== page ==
[Vision2020] fun political read- Boise Weekly

rhayes at frontier.com rhayes at frontier.com
Wed Mar 12 08:12:38 PDT 2014

Opinion » Bill Cope 
Try the Truth, Luker 
Who knows, it may get to be a habitby Bill Cope 

In a recent column, I managed to call Lynn Luker  "despicable," "paltry," "unfit" (to be an elected official) and "a  dumbshit," all in one sentence. I now feel bad about that. Looking back, with what I know now, I can see I may have left out the most pertinent  thing about Mr. Luker. If I'd known then what I know now, that sentence  would have read something like, "Rep. Lynn Luker, R-Boise, is a  despicable, paltry, unfit, dumbshit coward.
But let me back up and explain how I left out that pertinent detail.
You probably think of Luker, if you think of him at all, as the  sponsor of the "Free Exercise of Religion Act," or what I call the "Hall Pass to Be a Bigoted Bastard Bill." I remind you that the intention of  the bill was to allow anyone practicing a profession that called for a  state license the legal right to deny their services, as long as their  assholery was founded in "sincerely held religious beliefs."
On it's shallow surface, the law, had it been enacted, was for the  benefit of those pious souls who object to, or are offended by,  homosexuality. But myself and many others tried to point out  that--beyond the in-your-face evil of singling out one set of humans for inhumane treatment--there are more "sincerely held religious beliefs"  than the ones Luker had in mind. A lot more. And that once you institute permission to discriminate into state law, you never know what  direction it might take.
After much to-do over the proposed law, Luker decided to put his ugly baby back to bed. Evidently, even he could see that the stink it was  kicking up would likely kill it eventually. I don't for a minute believe he took the serious arguments against it into account. That's not the  way this GOP hog wallow we call the Idaho Legislature does things.  Whether the issue is education reform, guns on campus or the expansion  of Medicaid, these boys are masters at ignoring the testimony of the  opposition and doing whatever the hell they intended to do in the first  place.
So I'm not clear on why Luker pulled his Free Exercise of Religion  Act. I don't believe he gives much of a damn that every respectable  newspaper in the state editorialized against it, that even many  Christians think it is a stupid idea, or that, indeed, it is a stupid idea.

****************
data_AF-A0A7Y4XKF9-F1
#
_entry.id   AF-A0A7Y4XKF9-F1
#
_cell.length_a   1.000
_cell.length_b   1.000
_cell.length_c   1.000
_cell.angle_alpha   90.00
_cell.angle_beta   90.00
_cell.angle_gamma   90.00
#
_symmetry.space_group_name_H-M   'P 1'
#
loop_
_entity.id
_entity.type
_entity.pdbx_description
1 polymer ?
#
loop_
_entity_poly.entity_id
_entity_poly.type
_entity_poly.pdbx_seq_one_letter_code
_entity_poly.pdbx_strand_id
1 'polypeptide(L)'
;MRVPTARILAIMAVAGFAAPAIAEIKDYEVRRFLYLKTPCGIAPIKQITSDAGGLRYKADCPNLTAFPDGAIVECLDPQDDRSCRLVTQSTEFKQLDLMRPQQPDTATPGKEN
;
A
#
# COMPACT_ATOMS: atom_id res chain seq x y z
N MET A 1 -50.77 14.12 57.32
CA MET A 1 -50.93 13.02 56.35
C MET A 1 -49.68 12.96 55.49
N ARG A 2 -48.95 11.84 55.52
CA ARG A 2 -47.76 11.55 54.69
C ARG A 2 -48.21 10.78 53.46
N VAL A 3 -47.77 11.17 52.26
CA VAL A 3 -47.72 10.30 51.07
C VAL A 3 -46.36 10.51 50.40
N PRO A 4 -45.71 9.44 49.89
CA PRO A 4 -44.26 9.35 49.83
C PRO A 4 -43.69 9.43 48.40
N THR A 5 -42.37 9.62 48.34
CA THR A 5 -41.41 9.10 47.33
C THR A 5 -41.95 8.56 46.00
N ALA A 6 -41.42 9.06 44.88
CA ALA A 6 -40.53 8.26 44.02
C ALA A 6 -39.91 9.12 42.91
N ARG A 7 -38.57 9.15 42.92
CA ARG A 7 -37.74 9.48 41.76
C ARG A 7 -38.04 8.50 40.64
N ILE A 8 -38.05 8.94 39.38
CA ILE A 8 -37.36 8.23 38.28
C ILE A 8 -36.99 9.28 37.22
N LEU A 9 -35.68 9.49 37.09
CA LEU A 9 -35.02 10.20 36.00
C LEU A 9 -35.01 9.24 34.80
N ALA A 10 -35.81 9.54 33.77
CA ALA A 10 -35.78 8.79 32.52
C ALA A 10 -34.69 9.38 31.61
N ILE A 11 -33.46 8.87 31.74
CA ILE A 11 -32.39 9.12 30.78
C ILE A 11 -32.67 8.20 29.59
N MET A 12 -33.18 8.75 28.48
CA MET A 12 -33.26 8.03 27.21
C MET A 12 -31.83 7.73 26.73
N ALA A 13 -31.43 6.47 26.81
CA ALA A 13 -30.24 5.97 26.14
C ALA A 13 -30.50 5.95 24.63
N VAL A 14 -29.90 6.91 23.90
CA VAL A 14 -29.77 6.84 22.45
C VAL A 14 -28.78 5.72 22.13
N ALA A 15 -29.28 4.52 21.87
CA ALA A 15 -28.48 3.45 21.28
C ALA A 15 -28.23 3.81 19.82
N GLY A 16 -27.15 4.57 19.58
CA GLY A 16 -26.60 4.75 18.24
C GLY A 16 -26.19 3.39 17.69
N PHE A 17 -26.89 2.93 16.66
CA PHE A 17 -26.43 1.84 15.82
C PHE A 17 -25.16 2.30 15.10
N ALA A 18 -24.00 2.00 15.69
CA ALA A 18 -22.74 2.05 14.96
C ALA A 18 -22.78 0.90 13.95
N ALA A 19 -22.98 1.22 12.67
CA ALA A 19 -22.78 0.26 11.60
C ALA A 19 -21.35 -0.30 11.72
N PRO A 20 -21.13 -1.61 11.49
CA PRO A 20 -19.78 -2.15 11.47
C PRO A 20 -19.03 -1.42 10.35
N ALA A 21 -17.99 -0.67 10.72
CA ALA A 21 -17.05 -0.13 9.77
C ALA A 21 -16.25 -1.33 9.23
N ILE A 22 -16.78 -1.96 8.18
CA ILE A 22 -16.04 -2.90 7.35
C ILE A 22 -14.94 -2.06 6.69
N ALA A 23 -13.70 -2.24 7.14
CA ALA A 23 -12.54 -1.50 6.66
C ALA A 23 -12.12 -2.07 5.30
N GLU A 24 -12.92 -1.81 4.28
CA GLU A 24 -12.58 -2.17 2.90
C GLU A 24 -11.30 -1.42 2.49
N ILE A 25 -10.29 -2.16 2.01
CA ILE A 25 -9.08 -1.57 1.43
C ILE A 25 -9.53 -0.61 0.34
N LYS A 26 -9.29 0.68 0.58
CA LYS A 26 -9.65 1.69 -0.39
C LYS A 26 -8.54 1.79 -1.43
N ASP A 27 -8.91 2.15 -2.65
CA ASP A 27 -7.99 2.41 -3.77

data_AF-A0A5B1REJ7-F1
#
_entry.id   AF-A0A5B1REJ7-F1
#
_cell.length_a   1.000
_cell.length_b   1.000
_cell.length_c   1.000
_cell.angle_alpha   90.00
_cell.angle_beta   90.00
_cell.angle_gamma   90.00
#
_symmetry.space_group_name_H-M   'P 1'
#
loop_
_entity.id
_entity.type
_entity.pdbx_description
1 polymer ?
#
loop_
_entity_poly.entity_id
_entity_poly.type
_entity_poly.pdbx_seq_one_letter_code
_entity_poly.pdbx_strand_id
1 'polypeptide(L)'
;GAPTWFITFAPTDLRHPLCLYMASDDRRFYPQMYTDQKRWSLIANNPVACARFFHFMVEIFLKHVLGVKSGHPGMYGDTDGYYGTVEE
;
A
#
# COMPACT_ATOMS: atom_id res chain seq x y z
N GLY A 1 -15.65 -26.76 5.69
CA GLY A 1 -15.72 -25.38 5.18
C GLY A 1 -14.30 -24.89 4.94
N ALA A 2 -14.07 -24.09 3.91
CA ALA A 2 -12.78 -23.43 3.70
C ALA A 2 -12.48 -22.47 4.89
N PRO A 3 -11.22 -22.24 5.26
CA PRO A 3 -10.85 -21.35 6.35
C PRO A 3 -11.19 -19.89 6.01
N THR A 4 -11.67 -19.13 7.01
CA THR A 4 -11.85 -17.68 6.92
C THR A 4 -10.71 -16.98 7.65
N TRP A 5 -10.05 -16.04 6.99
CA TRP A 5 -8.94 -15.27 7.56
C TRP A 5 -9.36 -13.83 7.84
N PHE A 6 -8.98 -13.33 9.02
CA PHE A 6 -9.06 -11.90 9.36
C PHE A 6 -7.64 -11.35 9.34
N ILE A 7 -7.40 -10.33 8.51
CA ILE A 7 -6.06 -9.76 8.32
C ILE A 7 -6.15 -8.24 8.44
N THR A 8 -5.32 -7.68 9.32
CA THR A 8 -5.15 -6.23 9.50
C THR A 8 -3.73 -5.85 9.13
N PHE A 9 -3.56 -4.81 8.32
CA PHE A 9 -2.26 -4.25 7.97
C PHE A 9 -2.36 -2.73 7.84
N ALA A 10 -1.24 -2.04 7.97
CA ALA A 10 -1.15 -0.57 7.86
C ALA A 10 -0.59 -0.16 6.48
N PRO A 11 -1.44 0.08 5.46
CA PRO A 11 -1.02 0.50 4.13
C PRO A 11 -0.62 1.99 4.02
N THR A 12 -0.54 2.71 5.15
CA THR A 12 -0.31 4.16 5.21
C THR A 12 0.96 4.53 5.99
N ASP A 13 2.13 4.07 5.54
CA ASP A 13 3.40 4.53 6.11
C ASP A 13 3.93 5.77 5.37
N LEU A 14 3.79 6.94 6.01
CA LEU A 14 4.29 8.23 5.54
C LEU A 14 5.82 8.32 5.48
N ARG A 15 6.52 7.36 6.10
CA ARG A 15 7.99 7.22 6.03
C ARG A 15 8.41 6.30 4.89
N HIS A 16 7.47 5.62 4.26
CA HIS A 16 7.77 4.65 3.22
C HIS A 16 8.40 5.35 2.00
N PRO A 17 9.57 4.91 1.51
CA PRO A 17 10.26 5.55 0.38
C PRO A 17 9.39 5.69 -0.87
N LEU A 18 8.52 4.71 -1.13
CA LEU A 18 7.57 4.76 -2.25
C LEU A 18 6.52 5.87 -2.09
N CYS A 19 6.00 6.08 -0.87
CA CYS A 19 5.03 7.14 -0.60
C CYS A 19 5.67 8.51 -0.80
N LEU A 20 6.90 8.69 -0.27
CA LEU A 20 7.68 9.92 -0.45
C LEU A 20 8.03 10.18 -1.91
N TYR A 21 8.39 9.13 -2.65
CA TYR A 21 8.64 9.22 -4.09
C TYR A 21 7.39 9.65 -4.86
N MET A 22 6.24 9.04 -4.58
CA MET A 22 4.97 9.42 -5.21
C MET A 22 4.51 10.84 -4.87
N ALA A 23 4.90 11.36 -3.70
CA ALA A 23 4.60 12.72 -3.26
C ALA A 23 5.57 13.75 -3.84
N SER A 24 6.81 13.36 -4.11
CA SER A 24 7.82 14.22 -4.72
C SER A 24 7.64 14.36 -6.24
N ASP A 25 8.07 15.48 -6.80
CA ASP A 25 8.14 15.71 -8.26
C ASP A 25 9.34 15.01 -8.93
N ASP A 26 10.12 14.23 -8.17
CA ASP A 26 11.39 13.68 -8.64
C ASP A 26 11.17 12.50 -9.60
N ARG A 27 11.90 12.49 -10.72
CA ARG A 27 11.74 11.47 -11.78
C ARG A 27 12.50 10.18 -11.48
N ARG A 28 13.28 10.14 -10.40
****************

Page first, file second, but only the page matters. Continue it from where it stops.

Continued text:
However, turns out it is a widely held stupid idea, and that's what I know now that I didn't know then.
Had I been paying closer attention when Luker's bill was all the buzz here in Idaho, I might have caught wind of attempts being made to enact the same legislation, in spirit if not textually, in at least 11 other  states--Arizona being the state under the greatest scrutiny. Nor would  it come as a shock to find out that even more state legislatures were  waiting to see what sort of luck the legislation would have in places  like Idaho and Arizona before getting their own gay-bashing balls  rolling.
Need I say that the legislation was, in every case, the work of  Republicans? And isn't that the way Republican lawmakers work these  days? As much as they pontificate on how decisions should be handled at  the state level, they are always eager to take an idea born in some  cracker craphole--Mississippi comes to mind--and spread it out as  rapidly as possible, from sea to shining sea, before an opposition has  time to organize.
"Stand Your Ground" laws, "personhood" legislation to restrict birth  control, privatizing education... these and much more, including the  "Free Exercise of Religion Act," are all dumplings being served from the same pot, then carried dutifully into legislative action by willing  footmen who proceed to act like the whole thing was their idea.
Seriously, you didn't think little Lynny Luker thought of this by himself, did you?
So then, who is it that's cooking this stuff up? And why is it that  pissants like Luker are so loath to tell us who slipped him the idea?
I feel like I have answered the second question, to my own  satisfaction if no one else's. If we start with the proposition that  Luker did not originate this concept of using the sacred cow of  religious freedom to bludgeon gays, that means there are only two  possible explanations as to why he hasn't told us the idea didn't start  with him: 1) he's a slimy opportunist who would take credit where credit is not due, or 2) he is a coward, a man without the backbone to  acknowledge he is simply a boot-licking lackey who does what he is told  to do.
Or, of course, he could always be both.
And about the true source? The pot from which this rancid slop was  ladled? The brain behind the dimwits. The puppet master with the name  which must not be spoken? C'mon Luker, was it ALEC (American Legislative Exchange Council), that Koch brothers' front which, as we know, passes  out marching orders to Republican dronebots? Was it--as suggested by  Zach Hagadone in last week's Boise Weekly (BW, Feature, "Feeding the Beast," March 5, 2014)--Focus on the Family, that foul nexus of faith and fascism with such a hatred  of gays they would hire even a drifting oil slick like Bryan Fischer to  speak for it?
Luker, this is your chance to be a man. Tell us the true source of  this bill. Tell us when you were contacted, and by whom, and how they  suggested you should deliver this evil into our state. Do that, and I  will happily apologize to you here in this space, publicly, for calling  you a despicable, paltry, unfit, dumbshit coward.
I'll be holding my breath until you do. Yeah, sure.
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